“The Mushroom of Immortality”
June 22nd, 2014 by Holly Cornish
We’ve written about mushrooms many times because of their astonishing ability to boost the immune system.
And there’s a lot to love about mushrooms. They’re nutritious. They have an abundance of proteins, vitamins, and fatty acids. They’re known to support weight loss efforts and lower cholesterol. They can even help control diabetes.
But reishi mushrooms are particularly worth noticing, especially if you’re being treated for cancer with mainstream methods like chemotherapy and radiation. Aside from their own power to fight cancer, they bring blessed relief from chemo’s ugly side effects. Read on for the full story. . .
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The life-generating mushroom
Reishi (Ganoderma lucidum) grows wild in China, usually on decaying logs and tree stumps. It can be found in six different colors, but the red strain is the one that’s best known and most commonly cultivated. Reishi mushrooms are edible and have a tough, wood-like texture and a kidney-shaped cap.
Reishi has long held a revered place in Chinese traditional medicine, where it’s seen more than 4,000 years of use for a variety of disorders, including high blood pressure, arthritis, liver disorders, and immune system stimulation. Reishi is also said to reduce high cholesterol and offers a blood-thinning benefit, which could prove useful in heart disease prevention.
With a resumé like that, no wonder it’s called “the mushroom of immortality”.
Among the Chinese, reishi is believed to promote longevity and boost qi (pronounced “chee”) – the very essence of the life force. The mushroom is also said to help improve intellectual capacity and memory. On top of that, it’s reputed to calm and nourish the “shen,” or the emotional center of the body.
Perhaps more down to earth and helpful, modern scientific studies show reishi mushrooms excel at treating diabetes and cancer.
The many cancer-fighting properties of reishi
In numerous studies, reishi mushrooms have shown an ability to decrease cancer cell proliferation and prompt natural cell death (which cancer cells try to dodge). Researchers believe its cancer-fighting benefits are partly due to the pairing of active compounds like saponins and polysaccharides.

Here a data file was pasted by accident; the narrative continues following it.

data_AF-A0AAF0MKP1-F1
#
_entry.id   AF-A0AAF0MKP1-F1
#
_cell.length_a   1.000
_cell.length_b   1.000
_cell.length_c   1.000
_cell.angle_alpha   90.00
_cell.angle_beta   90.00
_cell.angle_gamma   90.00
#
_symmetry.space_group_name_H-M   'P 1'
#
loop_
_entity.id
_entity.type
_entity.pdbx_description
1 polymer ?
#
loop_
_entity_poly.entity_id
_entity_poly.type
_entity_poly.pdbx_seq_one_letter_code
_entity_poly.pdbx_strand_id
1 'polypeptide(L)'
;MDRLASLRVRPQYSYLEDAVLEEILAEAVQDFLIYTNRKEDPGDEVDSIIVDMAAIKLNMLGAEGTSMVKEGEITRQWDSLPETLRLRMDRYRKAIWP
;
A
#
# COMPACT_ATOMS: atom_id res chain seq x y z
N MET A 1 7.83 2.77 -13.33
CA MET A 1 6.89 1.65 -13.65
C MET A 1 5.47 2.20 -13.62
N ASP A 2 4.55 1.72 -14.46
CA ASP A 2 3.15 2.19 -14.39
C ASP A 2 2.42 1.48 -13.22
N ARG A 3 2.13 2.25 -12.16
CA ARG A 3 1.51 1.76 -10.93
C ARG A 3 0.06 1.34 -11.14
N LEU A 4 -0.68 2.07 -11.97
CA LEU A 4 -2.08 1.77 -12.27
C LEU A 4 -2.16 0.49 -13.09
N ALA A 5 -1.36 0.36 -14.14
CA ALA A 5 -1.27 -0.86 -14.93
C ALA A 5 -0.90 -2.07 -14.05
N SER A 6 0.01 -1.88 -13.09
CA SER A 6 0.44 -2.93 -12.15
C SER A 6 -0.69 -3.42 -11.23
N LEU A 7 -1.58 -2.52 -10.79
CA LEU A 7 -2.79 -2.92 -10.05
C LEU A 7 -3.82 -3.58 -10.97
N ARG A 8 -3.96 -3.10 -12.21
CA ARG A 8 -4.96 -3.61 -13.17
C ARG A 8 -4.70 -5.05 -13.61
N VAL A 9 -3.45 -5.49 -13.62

Beta-glucan polysaccharides and triterpenes are two of the active constituents in reishi mushrooms. The triterpene compounds are believed to halt tumor invasion by limiting attachment to endothelial cells, among other things. Reishi also ramps up natural killer cell cytotoxicity against different cancer cell lines – one of the many ways it helps improve immune response.
Clinical studies show reishi is also effective at curbing chemotherapy-induced nausea, that it enhances the effects of radiotherapy, and that it offers general chemopreventive benefits. Importantly, reishi has been shown to enhance immune response against advanced-stage cancer. And for those enduring conventional treatments like chemotherapy, reishi appears to provide a protective effect for healthy cells.
On the chemopreventive front, reishi has been known to decrease chemotherapy’s negative side effects by 90 to 95 percent. That means less pain and nausea, less hair loss, and less of a decrease in red and white blood cell counts. One study in Japan showed that chemo patients using reishi reported noticeable quality of life improvements.
It’s hard for me to imagine a person undergoing the misery of chemo wouldn’t at least consider trying this harmless food that may go such a long way toward reducing the horrible side effects – which are so bad many people refuse to endure another round, even when their doctors tell them death will follow quickly. The mushroom in no way compromises chemo’s effect on cancer cells.
Reishi mushrooms also appear to lower blood sugar levels, as indicated by animal studies at the Institute of Vascular Medicine at the Chinese University of Hong Kong. Diabetic mice that received reishi showed lower blood glucose levels within a single week. Researchers believe reishi is able to prevent the liver from making glucose by inhibiting a key enzyme.